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The Tongva Times

The Tongva Times

The Tongva Times

San Gabriel Nutrition Services uplift community during pandemic

By Sophia Pu | Staff Writer

Nutrition Service workers give out food and brighten lives.
Photo by Sophia Pu | Tongva Times

   It is 11 a.m. on a Wednesday and a line of cars fills the McKinley Elementary parking lot. Mexican music plays. Three ladies wearing aprons and hairnets are busy under a purple tent.

   Leticia Andrade has a clipboard in hand, smiling beneath her mask as she jots the name and number of a student. The two other women retrieve plastic bags of food from a gray refrigerator on wheels, handing lunches to families and making friendly conversation.

   “We try not to make it boring,” says Andrade. “At the beginning, when we start, time flies. There’s usually a line of parents who come early, so we’re always busy handing out food and talking to parents.”

   Since the early days of the pandemic, San Gabriel’s Nutrition Services program has been distributing free breakfasts and lunches to students in need every weekday, from 11 a.m. to 12:30 p.m. There are pickup sites at every San Gabriel Unified elementary school.

   In a memo sent out to district employees, Superintendent Jim Symonds announced, “Our Food Services division has served over 350,000 grab-and-go meals since March 2020, an astounding number and a testament to the dedication of our Food Services Staff.”

   Many students are familiar with school lunches and lunch ladies, but with the coronavirus closing schools, the Nutrition Service program has had to make some changes.

   Nanci Leaños, accounting clerk for the program, explains, “We went from serving in the cafeteria to serving curbside. Each and every one of us has made efforts to ensure the safety of students and staff during meal service.”

   Outdoor service is not the only change caused by COVID-19. Statistics from Feeding America show an increase of 271,290 children who were food insecure in Los Angeles County in 2020, largely due to heightened levels of unemployment in the pandemic.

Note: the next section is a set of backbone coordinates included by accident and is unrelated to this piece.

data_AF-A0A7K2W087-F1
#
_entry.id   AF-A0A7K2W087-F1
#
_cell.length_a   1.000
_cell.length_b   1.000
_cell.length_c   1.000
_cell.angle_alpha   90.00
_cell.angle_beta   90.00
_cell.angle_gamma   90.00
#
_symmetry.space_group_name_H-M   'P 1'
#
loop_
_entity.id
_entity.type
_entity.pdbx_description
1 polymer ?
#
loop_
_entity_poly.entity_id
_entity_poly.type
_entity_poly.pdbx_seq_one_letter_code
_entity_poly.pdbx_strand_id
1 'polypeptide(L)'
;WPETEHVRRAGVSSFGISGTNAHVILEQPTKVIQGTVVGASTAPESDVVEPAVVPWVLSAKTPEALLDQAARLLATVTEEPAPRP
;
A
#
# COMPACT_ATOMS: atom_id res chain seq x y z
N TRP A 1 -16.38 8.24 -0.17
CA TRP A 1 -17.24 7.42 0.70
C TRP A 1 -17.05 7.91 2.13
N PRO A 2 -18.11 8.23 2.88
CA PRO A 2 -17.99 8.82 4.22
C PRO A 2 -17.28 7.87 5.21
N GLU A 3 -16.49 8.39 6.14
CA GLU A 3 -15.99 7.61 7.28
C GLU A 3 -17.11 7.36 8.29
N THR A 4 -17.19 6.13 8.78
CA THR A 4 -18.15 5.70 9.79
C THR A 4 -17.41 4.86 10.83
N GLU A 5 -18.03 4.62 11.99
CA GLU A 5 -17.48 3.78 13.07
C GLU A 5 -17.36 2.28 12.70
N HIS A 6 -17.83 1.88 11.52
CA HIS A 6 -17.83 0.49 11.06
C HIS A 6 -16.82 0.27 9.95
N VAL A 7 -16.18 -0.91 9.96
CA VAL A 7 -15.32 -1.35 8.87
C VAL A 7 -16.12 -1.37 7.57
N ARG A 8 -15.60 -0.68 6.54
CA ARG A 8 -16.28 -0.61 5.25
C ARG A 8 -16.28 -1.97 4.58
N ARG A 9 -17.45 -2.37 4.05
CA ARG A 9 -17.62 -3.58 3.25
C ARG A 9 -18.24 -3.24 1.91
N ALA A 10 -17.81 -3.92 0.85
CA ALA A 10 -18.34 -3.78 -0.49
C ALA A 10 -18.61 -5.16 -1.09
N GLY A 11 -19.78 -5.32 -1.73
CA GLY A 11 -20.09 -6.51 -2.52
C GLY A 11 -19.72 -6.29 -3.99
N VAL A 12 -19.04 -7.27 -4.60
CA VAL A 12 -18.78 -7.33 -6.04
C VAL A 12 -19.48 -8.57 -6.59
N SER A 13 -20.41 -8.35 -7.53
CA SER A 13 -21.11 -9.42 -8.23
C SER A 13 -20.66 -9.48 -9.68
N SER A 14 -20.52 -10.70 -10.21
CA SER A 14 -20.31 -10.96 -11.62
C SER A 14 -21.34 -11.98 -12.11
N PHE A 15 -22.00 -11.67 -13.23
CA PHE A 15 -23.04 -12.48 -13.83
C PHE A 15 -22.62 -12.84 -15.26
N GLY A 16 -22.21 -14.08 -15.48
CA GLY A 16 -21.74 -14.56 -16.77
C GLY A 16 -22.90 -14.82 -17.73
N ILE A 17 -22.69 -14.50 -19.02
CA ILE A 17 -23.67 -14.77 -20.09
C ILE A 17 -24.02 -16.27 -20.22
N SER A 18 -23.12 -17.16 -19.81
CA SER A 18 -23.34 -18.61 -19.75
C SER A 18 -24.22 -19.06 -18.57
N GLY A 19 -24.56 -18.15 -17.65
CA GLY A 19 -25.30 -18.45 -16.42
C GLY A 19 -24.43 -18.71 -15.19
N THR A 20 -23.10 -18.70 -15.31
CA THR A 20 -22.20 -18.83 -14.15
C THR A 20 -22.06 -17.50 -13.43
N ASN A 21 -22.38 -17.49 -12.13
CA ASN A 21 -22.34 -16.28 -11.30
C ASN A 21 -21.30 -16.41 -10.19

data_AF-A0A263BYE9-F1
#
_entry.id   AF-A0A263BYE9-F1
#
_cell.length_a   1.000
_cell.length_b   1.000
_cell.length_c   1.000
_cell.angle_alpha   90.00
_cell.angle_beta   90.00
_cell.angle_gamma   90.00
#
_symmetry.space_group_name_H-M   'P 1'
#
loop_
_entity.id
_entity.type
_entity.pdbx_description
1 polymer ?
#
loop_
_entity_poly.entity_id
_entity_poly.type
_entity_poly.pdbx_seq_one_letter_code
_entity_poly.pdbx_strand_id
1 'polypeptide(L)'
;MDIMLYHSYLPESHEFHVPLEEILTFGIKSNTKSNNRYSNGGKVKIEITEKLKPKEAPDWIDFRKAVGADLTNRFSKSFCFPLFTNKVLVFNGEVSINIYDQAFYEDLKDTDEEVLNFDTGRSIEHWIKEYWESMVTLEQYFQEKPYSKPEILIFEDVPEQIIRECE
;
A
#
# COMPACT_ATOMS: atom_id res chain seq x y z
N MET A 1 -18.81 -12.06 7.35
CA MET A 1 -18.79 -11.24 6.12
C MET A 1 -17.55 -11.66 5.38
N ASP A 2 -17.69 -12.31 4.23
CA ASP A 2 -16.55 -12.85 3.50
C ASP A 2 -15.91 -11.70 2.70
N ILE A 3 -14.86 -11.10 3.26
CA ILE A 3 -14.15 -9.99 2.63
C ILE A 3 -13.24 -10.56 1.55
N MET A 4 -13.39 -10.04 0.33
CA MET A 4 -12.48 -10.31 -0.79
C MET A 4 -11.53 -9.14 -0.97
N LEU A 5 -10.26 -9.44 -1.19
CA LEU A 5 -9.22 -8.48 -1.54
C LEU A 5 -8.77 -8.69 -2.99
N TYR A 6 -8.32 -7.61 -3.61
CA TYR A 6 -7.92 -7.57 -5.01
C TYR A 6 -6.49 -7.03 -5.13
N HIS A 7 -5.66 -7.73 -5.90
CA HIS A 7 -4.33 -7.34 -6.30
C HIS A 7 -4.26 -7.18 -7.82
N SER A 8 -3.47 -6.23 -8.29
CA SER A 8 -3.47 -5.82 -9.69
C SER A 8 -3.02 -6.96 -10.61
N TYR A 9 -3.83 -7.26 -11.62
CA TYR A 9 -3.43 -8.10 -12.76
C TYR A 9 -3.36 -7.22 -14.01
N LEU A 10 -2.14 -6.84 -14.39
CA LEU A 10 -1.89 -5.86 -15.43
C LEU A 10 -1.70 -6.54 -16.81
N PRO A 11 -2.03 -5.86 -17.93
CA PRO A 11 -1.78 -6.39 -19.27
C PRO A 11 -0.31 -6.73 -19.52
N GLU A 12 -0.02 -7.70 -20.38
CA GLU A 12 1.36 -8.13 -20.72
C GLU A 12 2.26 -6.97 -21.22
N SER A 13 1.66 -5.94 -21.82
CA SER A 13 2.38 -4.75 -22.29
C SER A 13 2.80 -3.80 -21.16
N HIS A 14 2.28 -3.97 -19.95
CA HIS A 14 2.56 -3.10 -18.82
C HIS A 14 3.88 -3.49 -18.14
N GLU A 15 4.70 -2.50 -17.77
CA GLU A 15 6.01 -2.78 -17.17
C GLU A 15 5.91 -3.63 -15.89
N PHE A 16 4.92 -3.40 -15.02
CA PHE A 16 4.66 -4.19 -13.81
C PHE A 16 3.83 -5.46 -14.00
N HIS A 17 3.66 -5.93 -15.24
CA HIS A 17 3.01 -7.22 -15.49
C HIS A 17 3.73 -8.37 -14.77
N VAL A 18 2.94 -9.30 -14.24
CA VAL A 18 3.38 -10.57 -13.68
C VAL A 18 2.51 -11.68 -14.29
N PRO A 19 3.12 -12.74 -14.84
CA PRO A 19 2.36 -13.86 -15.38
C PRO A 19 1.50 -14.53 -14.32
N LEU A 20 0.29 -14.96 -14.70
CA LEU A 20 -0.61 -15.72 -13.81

“Many families experienced changes this past year, and the Nutrition Service Team has tried to provide as much stability and normalcy as possible,” Leaños states.

   That stability and normalcy is critical especially for low-income families, many of whom lost jobs and are struggling to pay bills. United States Census Bureau data shows 12.8 percent of San Gabriel’s population lives in poverty. Having free school meals gives those families one less thing to worry about.

   Food Research and Action Center (FRAC) reports that healthy school lunches reduce food insecurity by at least 3.8 percent, and reduce childhood obesity by at least 17 percent. Studies also show lack of access to nutritious meals causes severe developmental, emotional, and behavioral issues, as well as negative mental health effects.

   Because the people who participate in the free food program are struggling from the effects of the pandemic, the nutrition workers at McKinley Elementary School do their best to brighten people’s lives.

   “We form relationships with the people that come by,” says Andrade with a smile. 

   She described some of the interactions she has had with parents and students, asking how they are doing and inviting them to dance.

   “There’s this older Asian woman who always walks up, and one day we asked her to dance to the music with us. She just smiled and did like this,” Andrade laughs, doing a little shimmy.

   For many members of the Nutrition Service team, being able to help others is the highlight of their job.

   “I grew up benefiting from a free lunch program and summer meals as a student,” Leaños says. “It is now very rewarding to be in a position where I can help the next generations.”

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San Gabriel Nutrition Services uplift community during pandemic